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Numerical Problems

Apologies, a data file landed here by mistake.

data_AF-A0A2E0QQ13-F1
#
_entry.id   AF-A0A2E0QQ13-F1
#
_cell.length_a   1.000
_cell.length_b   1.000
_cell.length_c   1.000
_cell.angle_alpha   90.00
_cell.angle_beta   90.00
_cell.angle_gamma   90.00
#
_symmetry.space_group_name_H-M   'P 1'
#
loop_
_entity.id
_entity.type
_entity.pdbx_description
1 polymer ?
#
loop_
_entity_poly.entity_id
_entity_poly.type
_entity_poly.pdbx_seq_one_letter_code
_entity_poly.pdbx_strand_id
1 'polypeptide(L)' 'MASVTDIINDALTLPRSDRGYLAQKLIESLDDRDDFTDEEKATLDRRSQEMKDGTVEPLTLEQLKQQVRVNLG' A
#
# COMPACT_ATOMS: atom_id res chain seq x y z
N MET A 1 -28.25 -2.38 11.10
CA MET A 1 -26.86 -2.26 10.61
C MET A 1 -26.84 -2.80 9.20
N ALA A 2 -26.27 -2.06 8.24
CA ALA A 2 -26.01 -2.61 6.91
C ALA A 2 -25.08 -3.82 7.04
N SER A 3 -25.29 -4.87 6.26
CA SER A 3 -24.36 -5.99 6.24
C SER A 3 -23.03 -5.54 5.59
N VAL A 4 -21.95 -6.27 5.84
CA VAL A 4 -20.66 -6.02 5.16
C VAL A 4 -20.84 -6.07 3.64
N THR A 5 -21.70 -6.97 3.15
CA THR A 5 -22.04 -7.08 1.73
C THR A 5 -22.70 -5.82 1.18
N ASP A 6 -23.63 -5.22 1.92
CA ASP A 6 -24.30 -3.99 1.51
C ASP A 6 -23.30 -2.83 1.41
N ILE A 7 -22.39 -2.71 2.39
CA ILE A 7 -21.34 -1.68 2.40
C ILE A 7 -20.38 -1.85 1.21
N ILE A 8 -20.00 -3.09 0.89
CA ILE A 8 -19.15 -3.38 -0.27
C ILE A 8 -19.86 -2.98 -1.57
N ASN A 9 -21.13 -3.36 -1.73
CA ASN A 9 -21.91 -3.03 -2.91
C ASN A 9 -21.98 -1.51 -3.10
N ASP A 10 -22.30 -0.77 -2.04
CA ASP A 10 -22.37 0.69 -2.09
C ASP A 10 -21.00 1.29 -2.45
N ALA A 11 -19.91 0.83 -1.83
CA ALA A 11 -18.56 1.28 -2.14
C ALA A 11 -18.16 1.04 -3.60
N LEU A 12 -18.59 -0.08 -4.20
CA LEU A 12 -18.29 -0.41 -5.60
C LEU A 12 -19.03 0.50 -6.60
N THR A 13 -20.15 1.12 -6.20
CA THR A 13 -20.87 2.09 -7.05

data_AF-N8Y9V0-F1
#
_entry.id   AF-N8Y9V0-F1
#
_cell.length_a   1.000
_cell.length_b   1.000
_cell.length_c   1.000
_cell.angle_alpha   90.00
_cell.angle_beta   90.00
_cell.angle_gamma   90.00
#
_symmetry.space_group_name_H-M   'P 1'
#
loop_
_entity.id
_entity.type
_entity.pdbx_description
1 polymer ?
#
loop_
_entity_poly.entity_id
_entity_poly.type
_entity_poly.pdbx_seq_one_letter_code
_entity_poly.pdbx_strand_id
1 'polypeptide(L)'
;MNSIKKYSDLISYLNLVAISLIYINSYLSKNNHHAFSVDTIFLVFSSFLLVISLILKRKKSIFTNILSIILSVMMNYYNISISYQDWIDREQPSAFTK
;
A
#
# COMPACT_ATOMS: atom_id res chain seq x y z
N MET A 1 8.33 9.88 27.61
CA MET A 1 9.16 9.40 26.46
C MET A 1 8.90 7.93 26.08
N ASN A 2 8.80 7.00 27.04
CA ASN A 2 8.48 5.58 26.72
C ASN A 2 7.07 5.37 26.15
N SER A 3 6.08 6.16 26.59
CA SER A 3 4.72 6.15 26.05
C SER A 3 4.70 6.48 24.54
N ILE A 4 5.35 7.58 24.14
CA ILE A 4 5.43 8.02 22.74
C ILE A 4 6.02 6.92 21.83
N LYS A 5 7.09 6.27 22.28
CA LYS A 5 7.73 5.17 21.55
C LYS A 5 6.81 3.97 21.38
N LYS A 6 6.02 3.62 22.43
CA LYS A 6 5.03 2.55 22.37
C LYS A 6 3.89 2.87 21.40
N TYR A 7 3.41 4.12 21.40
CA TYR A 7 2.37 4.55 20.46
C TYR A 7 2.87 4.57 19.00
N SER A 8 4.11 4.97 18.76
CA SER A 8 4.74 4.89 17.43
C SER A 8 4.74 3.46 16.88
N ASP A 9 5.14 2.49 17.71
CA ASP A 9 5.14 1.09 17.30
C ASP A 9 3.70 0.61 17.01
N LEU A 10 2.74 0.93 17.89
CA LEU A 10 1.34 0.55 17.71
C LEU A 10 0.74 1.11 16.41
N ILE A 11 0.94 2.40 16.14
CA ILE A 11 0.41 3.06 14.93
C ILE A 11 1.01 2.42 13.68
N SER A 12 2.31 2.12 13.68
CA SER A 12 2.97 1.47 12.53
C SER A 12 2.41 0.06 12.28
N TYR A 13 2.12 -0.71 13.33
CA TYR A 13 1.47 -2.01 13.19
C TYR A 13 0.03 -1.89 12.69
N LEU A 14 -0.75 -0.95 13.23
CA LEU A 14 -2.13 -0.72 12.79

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Hello everybody and welcome back. So, today I thought that I will talk about or we will discuss some problems numerical problems and then followed by later on synthetic problems. And then the solutions also you will discuss today. (Refer Slide Time: 02:35) But, before that, I would like to clarify something which was the last lecture in the Maxam Gilbert method, the diagram, there was some mistake in it. So, I would like to clarify today. Now, that our target I have, I think, I have found out the issue or target DNA was this was our target sequence, which was 12345678 total 8 number of nuclear basis, and here we have done 9. So, that was the problem, this one should not be there were until 8. And this issue came because I had written the whole the full length of DNA, which is not a cleavage part, this is present in all the other vials. So, this will not come up for consideration. So, as you see the fragmented patterns are stopped here in vial 4, and then we are good, then we are good everything else is fine. So, the only thing is that since we have 8 nucleobases long DNA, this 9 will not come. (Refer Slide Time: 03:38) So, problems and their solutions I will discuss quite easy problems actually not very difficult to do. And some of them might appear in assignments as well. Not quite the same but close, closely related. So, first, one question number 1 is to start with a very easy one, what is the length of a double-stranded DNA, ds DNA of 500 base pairs. So, if a double-stranded DNA has 500 base pairs in it, which means the DNA is 500 more long, then what will be the length of that DNA? Of course, this is assuming that DNA is straight in nature or the double helix in nature. So, this is a very easy problem but actually, you can solve it very quickly I guess. So, the difference or the distance between 2 nuclear bases is in a given DNA. If this is a DNA, I am just writing this rate. If this is base 1 if this is base 2 then this distance is as we know is around 3.4 angstrom. So, therefore, your answer will be 3.4 multiplied by your 500 nucleobases long which means 500 - 1 if you want to really accurate that we need the number of distances will be there. So, this is about in angstrom 3.4 into 499 angstroms or this will come as 1696.6 angstroms that will be the length of the DNA which is almost close to 169.66 if you want to convert it to a different unit nanometer we can convert it to any other unit also micrometer like that so, that is how of course, you can calculate the length of a DNA. Of course, if you say that length of a single-stranded DNA having 500 bases will be the same as this. So, base pairs, we generally use the termbase pairs to mean that you have 1 base and alternate to the other base. So we call this as a base pair and this is the usual terminology which is used when defining a double-stranded DNA or when defining a single-stranded DNA, we call it we just call basis. So this is your first problem. (Refer Slide Time: 07:04) Question number 2 calculate the concentration of a single-stranded DNA, which has the sequence, 5 prime CGATTCTAGC, and 3 prime, this is the sequence of the DNA if absorbance at 260 is observed to be 1.5 of a 10 times diluted sample or you can tell these as with the dilution factor of 10 using a cuvette of 1 centimeter with giving it up 1-centimeter diameter given if molar extinction coefficient at 260 is close to 9 to 900-liter mole inverse centimeter inverse. So this is the question that you have you are given a single-stranded DNA which has the sequence and when you are measuring the EV absorbance at 260 nanometers you have used a 10 times diluted sample from the parent DNA stock you have from the stock solution from the mothers single standard DNA solution, you have done a 10 times dilution and that 10 times diluted sample was used to observe the EV absorbance and that EV absorbance is 1.5, the value of 1.5. And you are using the cuvette which is 1 centimeter basically, the epsilon value is given so, the question is what is the concentration of the mother single-stranded DNA. So, basically, you have to calculate the concentration and in order to calculate the concentration, what is the basic equation, Beer-Lambert law that is observance at 260 = epsilon C L. Epsilon is the molar extinction coefficient, molar extinction coefficient which is given here, see you need to calculate L is the path length or the length through which the light travels. And this is given to us 1 centimeter it is basically the cuvette you were using that same diameter of the cuvette will be your path length because that is the length of that is the distance that will be covered by the light. So and this A value is given us 1.5. So 1.5 = 92900 into L is 1 into C concentration, what is the unit liter mole inverse centimeter inverse into the length was in centimeter. So this canceled out. So, your concentration will be 1.5 divided by 92900 moles per liter and that is coming as 1.6 into 10 to the power - 5 mole per liter which is equivalent to 16 micro molars. So, moles per liter is molar capital M micromolar is 10 to the power - 6. So this would be 16 micro molars and that is the concentration of that 10 times diluted sample. So this is basically is the observance of the diluted sample. So, therefore, the concentration of the parent DNA stock I am writing stock single-stranded DNA that would be 16 micromolar into 10 times or 160 micromolar. This should be the answer to this question. So, unsure basically is 160 micromolar. (Refer Slide Time: 14:31) So, very quickly we have used this sequence, CGATTCTAGC and 3 prime if I ask you to calculate a molecular rate of DNA how we are going to do sometimes you have very long DNA, of course. And usually, you do not have to do anything; you can just type the sequence somewhere. There are many places on the internet, or there are excel files also available, where you can just type your sequence and it will give you the molecular weight. So, ideally, you do not have to calculate it by hand. What I would like to show you or I would like to discuss how you can calculate it if you really want to or if you need to, it is good to know. So, what usually is a practice that when you have a long DNA, it is assumed that they are composed of all 4 kinds of nuclear bases? And in general, people think or in general, it is considered that the average molar mass of DNA I will write monomer. So, we are calculating the molecular weight of this DNA strand. So, the very quick calculation is that it is considered that the average molar mass of a DNA monomer is approximately 330 gram per mole that is the number of which has been calculated taking the average of all 4 nuclear bases and it is assumed that your DNA will be composed of an almost equal number of all 4. So, it is of course not the accurate measurement. But an approximate measurement approximate calculation 330 gram per mole is the average molar was of a DNA monomer that includes the phosphates that include the sugar. So, therefore, for this single-stranded DNA so, the molecular weight of single-stranded DNA this particular DNA will be how many bases you have 12345678910, 10 into 330 gram per mole. So, approximately 3300 will be the approximate molecular rate of your given DNA. So, this is for the single-stranded DNA. If you have to calculate the molecular rate of the double-stranded DNA if this DNA comes in a double-strand form then it will be simply the double of it so, 10 into 660 grams per mole that would be the molecular weight of the double-stranded DNA. This is for very quick calculation and very, approximate calculation. This is not at all close to perfection of course. Now if you really want to calculate the individual taking into consideration the individual nucleobases, then you can do that too. So I will give you a chart which you can use later. So, this is the base, the nucleobase and this is the molecular weight in gram per mole but if you have adenine, adenosine AMP adenosine monophosphate then its molecular weight 331 if you have CMP cytosine monophosphate or cytidine monophosphate that has the number 307. GMP is 347, TMP is 322 gram per mole and this the structure is, of course, this wage. Here is the base and this is monophosphate means O - H basically now, if you want to calculate in this table if you want to calculate the molecular weight of the given DNA, then what do you have to do? Basically use the sum of all these molecular weights of the individual basis. But that only accurate because when you are doing the phosphodiester bond formation which of the other base B 2 is coming and they are doing this reaction that is why you are getting the phosphate bonds. So it is a minus water molecule is released, 1 water molecule is released which has the molecular rate of 18. So, you hope to sum up all the individual nucleobases in terms of the monophosphates and then minus that a number of phosphate bonds that are there multiplied by the 18 that will give you the correct result. So, in this case, if I calculate molar mass of your single-stranded DNA that would be so 2 into how many adenine is there 2 into 331 plus cytosine 123, 3 into 307 + G, 12G into 347 + T 123 T 3 into 320 minus how many phosphate bonds number the total number of basis minus 1. 12345678910 and there was these. So, in general, formulize n -1 into 18 number of basis minus 1. So, if you calculate in this case. So if you take that into consideration your total value will come as 3081 gram per mole. So, here you have the phosphate. So here nothing is negative - 123456789. So this should be 9 into 18. So 10 – 1, n - 1 is your now 10 - 1, so 9 into 18. So this would be your, the calculated molecular weight, but the only thing is that you have to remember this step. Similarly, there is you are seeing the epsilon and the value that now nowadays we just if you just type the sequence it will give you the value of the epsilon of the molecule. But you can also there is a way to calculate also, It is a little bit complicated and to some extent it is boring. That is why I am not sure what you can maybe if you are interested you can go through it, how to calculate the molar extinction coefficient of DNA. (Refer Slide Time: 25:09) So now question number 3 in order to do radioactively label a DNA but not RNA during replication then the question is which monomer is appropriate to use. So, suppose you have a mixture of DNA and RNA in your vial and there is replication going on now, you want to track only the DNA and therefore, you want to level only the DNA with the radioactive P 32. So, radioactive lebel means we are labeling, we are using P 32. So you want to do it selectively for the DNA and not the RNA. Then the question is, I will give you the options. You have to pick up the right kind of monomer that you will use in order to get the levels of DNA. Option a is dATP with level 32. Option b is dGTP, option c is dTTP 32 level and d is dCTP this last one, dUTP. Now out of these 4, which monomer you will actually use to tag the DNA selectively and not the RNA. So, of course, it is easy. If you just think of replication, now when there is replication going on, what you need you need polymerase, you need the primer which is there and you need the free dNTP is should be picked up and the extension will happen. Your DNA is their target RNA is their both are having amplification, which essentially means that you have a DNA polymerase you have the RNA polymerase also and all these dNTPs. Now, you find out the monomer which is exclusively used for DNA and not RNA. So, if you start from the top ATP, ATP is a monomer for DNA of course, DNA has a devotion RNA also has that devotion. So, ATP would be taken up by both DNA and RNA during the replication. So, this cannot be it will be common, if ATP is taken up, then both DNA would be level RNA would also be level GTP warning is present in both DNA and RNA. So, similarly, if this is if you use this then both will be level DNA plus RNA. So, this is not a selective 1 thymine TTP thymine is present in DNA, but not present in RNA. So, if you use this only DNA replication during DNA replication, this will be picked up RNA for RNA replication, this will not be chosen because it is not present it is not the monomer for RNA. So, therefore, this should be the correct solution TTP with the labeled phosphate you should use if you want to selectively level the DNA CTP is present cytosine is present in both DNA and RNA. So, this cannot be used is presenting RNA, not in DNA. So, if you use these this will label the RNA and not the DNA. So, this is also not correct. So, you hope to use the dTTP then you can label only the DNA target or only the amplified DNA sample specifically or selectively. (Refer Slide Time: 31:22) Question 4 is you have DNA and RNA. Question is if you treat DNA and RNA separately with concentrated sodium hydroxide then which will be stable is DNA be stable in sodium hydroxide or RNA will be stable in sodium hydroxide or none of them will be stable in sodium hydroxide. This is base so this is your DNA without the hydroxyl would I think the phosphate P and then this is the RNA with the OH here. This is your RNA if you treat this with any which what will happen? The fact is RNA will be degraded or RNA is not stable in sodium hydroxide. On the other hand, DNA is somewhat stable in sodium hydroxide. The reason is you are using a strong base, so hydroxide is a strong base and that will deprotonate into minus that you do not have here. So, phosphate is there the rest of the particle. Now, what this is going to do this becomes a very good nucleophile. Now, very reactive nucleophile also, this will immediately react, this reacts here and it basically the other phosphodiester bond. So, rest of the part of the RNA would be cleaved off and the first thing that will get is phosphate and there is nothing else here, as usual, you have the other part, then followed by the other reactions but initially, you are here your extension the other part of the RNA will be chopped off and that will be happening for every phosphate group for every phosphodiester bond that you have. So, every nuclear side positions or nucleotide position would be for the backbone would be broken up or be destroyed in RNA, if you use sodium hydroxide because that is a very good base. So, RNA will be degraded or not stable, DNA would be stable. (Refer Slide Time: 35:39) Question 5 in which medium this is about the protein structure alpha-helix formation would be favorable in which medium alpha-helix formation would be favorable alpha helix means alphahelix of the protein a is aqueous orb is lipid formation of alpha-helix would be favorable in aqueous medium or in a liquid medium. This is the question what is the answer? So, when we look talking about alpha helix how is it formed? Alpha helix is formed by intramolecular interactions. This is formed by intramolecular interactions primarily the intramolecular hydrogen bondings and intramolecular hydrogen bonding basically means the bond between the backbone carbonyl and backbone NH. This is the hydrogen bonding there can be like this I am just writing NH here in NH in the backbone they will form hydrogen bonding and it is because of this hydrogen bonding that the strand to go to the helical conformation. Because that way the backbone carbonyl and the backbone NH can come into the bonding distance that is the driving force for the formation of an alpha helix. Now, the question is in which medium this would be favorable aqueous or lipid. So, which is the other form is the beta if the beta confirmation is formed, then that is because as we have mentioned intermolecular hydrogen bonding in NH and CO is 2 molecules CO and NH like this that will allow the formation of a planar structure. So, within a molecule, what will happen? If you keep it in an aqueous medium, then the chances are high that your polar groups in NH and CO both are polar, they would be one to be exposed towards the aqueous medium that means towards the outside of, the backbone and that will increase your chance of beta-sheet formation. On the other hand, if you put it in a lipid that is insoluble, lipid does not have water liquid is hydrophobic. So, the polar groups would want to hide away from the surrounding medium. And how can this hideaway this is one good way that they can have intramolecular hydrogen bonding forming a kind of structure, which will be away from the outside environment? So, chances of getting the intramolecular interaction would be better in the hydrophobic medium, in this case, the lipid so, alpha is formation will be more favorable in the hydrophobic medium. Just a reverse for betasheet it this will be favorable, in water medium aqueous medium or hydrophilic solvent. (Refer Slide Time: 40:45) Question 6 another question about peptides is suppose you are synthesizing we will talk about the synthesis of the peptides later. But this is a very common thing. You are synthesizing a dipeptide starting with this is mainly for organic chemists, D and L a mixture of DNA basically, you usually the common alanine is will be L conformations in protein. Here we are using both D and L mixture of D and L alanine ALA for alanine and D and L of leucine. Then the question is how many stereoisomers will you obtain? That is a question if you form a dipeptide between alanine and leucine and both of them have the 2 optical isomers then total how many numbers of stereoisomers that will be heavy. So, if there is a dipeptide between alanine and leucine and how many dipeptides can be formed. So, these can be the N terminal alanine reacted with the C term reacted with the leucine and having a C terminal end free. This is N terminal this is C terminal, which means very quickly I am just writing alanine here which just writing leucine, because alanine and leucine, none of them have any functional group. This is acid so, if you react here then you have the amine-free for the alanine which is called N terminal and your acid will be free for leucine which is called the C terminal. Now, it can be the other way around also. So, one is this other one is leucine and alanine which means the N terminal in the leucine and C terminal in the alanine. So, these 2 are the dipeptide kinds that will be in your solution in our product. Now, you have to look at this stereochemistry you started with D and L both also for leucine has started with D and L both so if this is D, this can also be D, writing the prime. This can be D, this can be L. This can be L is the same thing. No, is not the same thing. L this can be L here on the prime. This can be L this can be D 4 same here D D prime, D L prime, LL Prime, L and D prime. And all of them will be to chemically active because these are 2 different molecules. So, if you remember your basic organic chemistry, if you have 2 optical active centers, the total number of stereoisomers that is possible is 2 to the power 4. So, 4 for each 4 for here 4 for their so, a total 8 number of stereoisomers that will be possible for dipeptide. (Refer Slide Time: 45:51) Now, another very quick question is you are doing the same dipeptide I will not right the whole question you are doing the same dipeptide but with L alanine and with L valine then was nice how many particularly active compounds will be formed? So very simple answer alanine so here you have only one sterilization of alanine and only one sterilization of valine. So you are dipeptide can be in alanine with C valine or you can simply write alanine valine and other cases you can write valine alanine. This is confirmation is locked or the stereochemistry is locked L this can only be L DD not possible because you have not used them here also L L so, how many optical compounds total they are really only 2 components are 2 dipeptides both optically active. This is very easy. (Refer Slide Time: 47:41) So question number 8 very interesting question actually which amino acids could be hydrolyzed to a different amino acid it is so if you look at the structure of the amino acids, from there you look at compounds or you to pick up the amino acids that you can hydrolyze in water and can get another type of amino acids. Can you think of it? This is your amino acid. So there are 2 actually often such type CO NH2 this is amino acids this is your asparagine in short ASN. So, amino acids that have an amide side chain that has a functional group or amide functional group in the side chain and amide can be hydrolyzed into acids if you hydrolyze it in water or if you use a little bit of proper condition optimized condition. So, the basically aqueous medium is hydrolysis then what do you get is water will attack here. These will both this will come back and eventually, the amino will be eliminated. So, here you will get OH COOH this one will be their plus you will release ammonia. So, elimination of ammonia would be there and this amide group will be replaced or would be hydrolyzed into a carboxylic acid group. Now, this becomes another amino acid this is your aspartic acid ASP that is one example. The second example is also having the same amide bond 2 CH2 and then this is your glutamine Gln is the abbreviation. If you take it with water and ammonia you get another acid or oxalic acid here, as usual, this is your another amino acid called glutamic acid Glu so I will write another question. (Refer Slide Time: 51:53) And I will leave you with this write the correct ionic form of the peptide which is given as in terminal alanine, lysine, arginine, aspartic acid, this is the C terminal. So, what will be the correct ionic form at a pH of 7.4 physiological pH? What should we the proper structure of this peptide? We can do then I will show you the answer in the next lecture Thank you.